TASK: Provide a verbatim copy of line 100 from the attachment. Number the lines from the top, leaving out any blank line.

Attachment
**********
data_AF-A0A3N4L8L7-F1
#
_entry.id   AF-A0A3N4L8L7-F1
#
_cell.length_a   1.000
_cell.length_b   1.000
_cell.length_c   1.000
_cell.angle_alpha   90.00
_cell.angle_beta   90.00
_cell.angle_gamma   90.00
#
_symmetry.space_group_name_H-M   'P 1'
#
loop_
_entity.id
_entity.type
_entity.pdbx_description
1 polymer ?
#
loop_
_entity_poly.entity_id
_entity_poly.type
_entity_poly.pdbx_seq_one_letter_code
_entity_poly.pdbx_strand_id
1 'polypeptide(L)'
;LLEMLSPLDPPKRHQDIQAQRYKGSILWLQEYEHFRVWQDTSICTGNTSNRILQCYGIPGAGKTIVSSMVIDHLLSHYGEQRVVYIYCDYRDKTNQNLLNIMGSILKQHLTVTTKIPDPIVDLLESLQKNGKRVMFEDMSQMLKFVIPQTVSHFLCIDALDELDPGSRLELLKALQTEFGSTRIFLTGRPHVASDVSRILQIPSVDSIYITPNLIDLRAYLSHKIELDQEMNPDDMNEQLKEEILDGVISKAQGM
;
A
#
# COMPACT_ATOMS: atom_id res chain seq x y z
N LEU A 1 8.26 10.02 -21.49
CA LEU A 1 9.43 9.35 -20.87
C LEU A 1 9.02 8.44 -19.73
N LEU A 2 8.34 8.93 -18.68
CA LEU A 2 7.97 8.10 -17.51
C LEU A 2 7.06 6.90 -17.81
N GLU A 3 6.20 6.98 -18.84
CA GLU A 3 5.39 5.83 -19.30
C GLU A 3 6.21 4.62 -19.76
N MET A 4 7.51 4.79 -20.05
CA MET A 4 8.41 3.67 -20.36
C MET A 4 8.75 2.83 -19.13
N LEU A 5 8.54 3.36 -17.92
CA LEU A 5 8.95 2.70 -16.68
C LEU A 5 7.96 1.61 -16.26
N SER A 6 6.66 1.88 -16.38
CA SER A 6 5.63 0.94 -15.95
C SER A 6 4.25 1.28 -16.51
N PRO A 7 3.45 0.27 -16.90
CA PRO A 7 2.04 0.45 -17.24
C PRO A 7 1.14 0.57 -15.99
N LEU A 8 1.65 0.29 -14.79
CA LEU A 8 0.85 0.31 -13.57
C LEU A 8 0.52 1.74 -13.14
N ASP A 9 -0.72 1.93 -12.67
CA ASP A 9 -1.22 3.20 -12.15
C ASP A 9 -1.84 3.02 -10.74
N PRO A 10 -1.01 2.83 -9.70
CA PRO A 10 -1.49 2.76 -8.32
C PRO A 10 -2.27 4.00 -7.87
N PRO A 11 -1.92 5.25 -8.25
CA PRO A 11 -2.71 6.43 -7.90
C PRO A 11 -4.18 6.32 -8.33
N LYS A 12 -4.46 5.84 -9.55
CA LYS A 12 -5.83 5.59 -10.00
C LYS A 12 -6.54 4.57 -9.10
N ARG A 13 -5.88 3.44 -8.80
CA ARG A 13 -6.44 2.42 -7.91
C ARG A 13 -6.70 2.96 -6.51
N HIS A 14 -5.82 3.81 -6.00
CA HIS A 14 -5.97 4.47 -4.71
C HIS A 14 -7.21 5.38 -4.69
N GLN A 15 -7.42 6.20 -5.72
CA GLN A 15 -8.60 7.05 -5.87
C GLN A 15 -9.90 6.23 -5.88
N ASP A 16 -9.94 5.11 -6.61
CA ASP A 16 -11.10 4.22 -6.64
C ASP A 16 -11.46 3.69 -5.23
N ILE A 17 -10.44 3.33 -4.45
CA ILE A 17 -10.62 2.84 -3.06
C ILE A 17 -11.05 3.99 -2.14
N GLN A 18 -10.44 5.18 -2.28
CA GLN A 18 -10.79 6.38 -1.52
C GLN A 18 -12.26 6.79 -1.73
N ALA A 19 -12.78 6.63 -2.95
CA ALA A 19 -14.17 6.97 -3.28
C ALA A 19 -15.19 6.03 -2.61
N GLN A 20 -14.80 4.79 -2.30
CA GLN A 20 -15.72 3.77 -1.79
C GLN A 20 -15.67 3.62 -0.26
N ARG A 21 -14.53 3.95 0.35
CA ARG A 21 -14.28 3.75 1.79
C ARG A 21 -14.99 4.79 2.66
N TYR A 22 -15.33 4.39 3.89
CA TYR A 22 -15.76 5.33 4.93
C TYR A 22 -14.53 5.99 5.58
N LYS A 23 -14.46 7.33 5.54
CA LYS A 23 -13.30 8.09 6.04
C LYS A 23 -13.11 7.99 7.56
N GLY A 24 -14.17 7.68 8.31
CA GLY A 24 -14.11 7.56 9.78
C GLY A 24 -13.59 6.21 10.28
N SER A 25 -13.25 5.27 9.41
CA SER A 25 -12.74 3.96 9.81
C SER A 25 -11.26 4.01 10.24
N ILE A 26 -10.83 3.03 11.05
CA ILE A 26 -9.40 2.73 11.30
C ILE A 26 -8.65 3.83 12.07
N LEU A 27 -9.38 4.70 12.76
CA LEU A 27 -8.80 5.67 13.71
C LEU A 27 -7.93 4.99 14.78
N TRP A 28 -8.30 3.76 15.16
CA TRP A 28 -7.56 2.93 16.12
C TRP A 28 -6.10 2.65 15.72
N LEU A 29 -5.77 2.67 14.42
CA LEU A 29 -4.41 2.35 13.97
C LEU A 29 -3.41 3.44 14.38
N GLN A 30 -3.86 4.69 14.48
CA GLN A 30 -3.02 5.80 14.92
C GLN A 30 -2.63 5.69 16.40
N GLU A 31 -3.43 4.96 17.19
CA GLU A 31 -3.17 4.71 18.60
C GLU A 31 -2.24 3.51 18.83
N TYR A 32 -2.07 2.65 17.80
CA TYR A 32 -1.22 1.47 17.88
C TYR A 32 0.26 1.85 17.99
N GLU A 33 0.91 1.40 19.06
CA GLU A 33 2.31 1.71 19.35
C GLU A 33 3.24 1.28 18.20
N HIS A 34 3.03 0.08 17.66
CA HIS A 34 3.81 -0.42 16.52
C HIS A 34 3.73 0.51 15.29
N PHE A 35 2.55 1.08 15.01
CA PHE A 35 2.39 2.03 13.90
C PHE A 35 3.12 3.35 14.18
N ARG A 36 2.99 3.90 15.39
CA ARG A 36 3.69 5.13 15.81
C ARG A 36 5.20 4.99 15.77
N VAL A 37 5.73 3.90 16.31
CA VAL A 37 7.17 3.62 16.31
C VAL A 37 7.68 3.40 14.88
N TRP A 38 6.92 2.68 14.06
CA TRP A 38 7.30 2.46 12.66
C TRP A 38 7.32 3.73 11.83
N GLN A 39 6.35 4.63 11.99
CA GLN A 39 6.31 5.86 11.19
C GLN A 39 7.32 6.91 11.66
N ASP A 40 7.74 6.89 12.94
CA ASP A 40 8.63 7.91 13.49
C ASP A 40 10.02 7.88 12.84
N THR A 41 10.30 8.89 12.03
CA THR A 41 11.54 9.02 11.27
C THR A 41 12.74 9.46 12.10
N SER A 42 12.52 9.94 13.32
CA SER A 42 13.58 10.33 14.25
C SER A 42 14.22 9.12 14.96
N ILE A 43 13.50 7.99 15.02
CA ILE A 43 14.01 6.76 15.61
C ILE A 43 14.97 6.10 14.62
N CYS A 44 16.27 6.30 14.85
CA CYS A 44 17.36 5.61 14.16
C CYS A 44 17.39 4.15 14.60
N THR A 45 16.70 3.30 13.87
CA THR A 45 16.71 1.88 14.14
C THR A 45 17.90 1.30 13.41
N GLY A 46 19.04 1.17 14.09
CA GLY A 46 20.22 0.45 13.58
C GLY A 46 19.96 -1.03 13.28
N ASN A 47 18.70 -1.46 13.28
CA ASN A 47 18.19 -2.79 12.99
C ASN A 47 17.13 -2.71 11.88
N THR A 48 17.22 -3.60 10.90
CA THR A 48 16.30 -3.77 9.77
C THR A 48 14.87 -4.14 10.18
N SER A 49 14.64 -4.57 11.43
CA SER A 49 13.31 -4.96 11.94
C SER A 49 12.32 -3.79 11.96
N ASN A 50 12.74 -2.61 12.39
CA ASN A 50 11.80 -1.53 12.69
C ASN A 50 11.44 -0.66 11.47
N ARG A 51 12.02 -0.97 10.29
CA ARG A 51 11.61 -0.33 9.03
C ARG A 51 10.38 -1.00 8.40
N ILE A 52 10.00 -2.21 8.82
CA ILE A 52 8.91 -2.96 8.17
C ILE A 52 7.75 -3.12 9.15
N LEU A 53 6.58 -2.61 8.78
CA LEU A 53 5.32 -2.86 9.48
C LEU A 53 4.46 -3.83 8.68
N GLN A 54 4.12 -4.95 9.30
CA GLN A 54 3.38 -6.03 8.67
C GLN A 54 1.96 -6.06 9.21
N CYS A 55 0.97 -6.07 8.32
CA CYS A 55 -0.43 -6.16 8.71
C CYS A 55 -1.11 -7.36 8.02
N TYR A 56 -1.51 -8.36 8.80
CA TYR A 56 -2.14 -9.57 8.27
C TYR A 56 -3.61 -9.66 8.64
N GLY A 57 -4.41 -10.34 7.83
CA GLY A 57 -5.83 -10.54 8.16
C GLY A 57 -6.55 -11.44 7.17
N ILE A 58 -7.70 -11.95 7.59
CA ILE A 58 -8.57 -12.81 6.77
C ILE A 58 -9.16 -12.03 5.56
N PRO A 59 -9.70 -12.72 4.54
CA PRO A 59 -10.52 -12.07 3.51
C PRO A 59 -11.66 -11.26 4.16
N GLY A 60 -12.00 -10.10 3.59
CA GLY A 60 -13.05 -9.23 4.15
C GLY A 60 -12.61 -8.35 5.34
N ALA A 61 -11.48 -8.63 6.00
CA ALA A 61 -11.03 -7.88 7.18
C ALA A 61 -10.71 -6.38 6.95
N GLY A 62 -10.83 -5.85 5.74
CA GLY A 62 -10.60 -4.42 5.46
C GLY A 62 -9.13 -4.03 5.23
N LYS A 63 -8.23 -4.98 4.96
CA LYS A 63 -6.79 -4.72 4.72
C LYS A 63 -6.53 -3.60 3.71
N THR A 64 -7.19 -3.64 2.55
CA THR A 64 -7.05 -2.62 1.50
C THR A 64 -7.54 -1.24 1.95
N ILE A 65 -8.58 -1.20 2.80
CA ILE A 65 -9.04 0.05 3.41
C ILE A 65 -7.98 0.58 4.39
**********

N GLY A 24 -14.17 7.68 8.31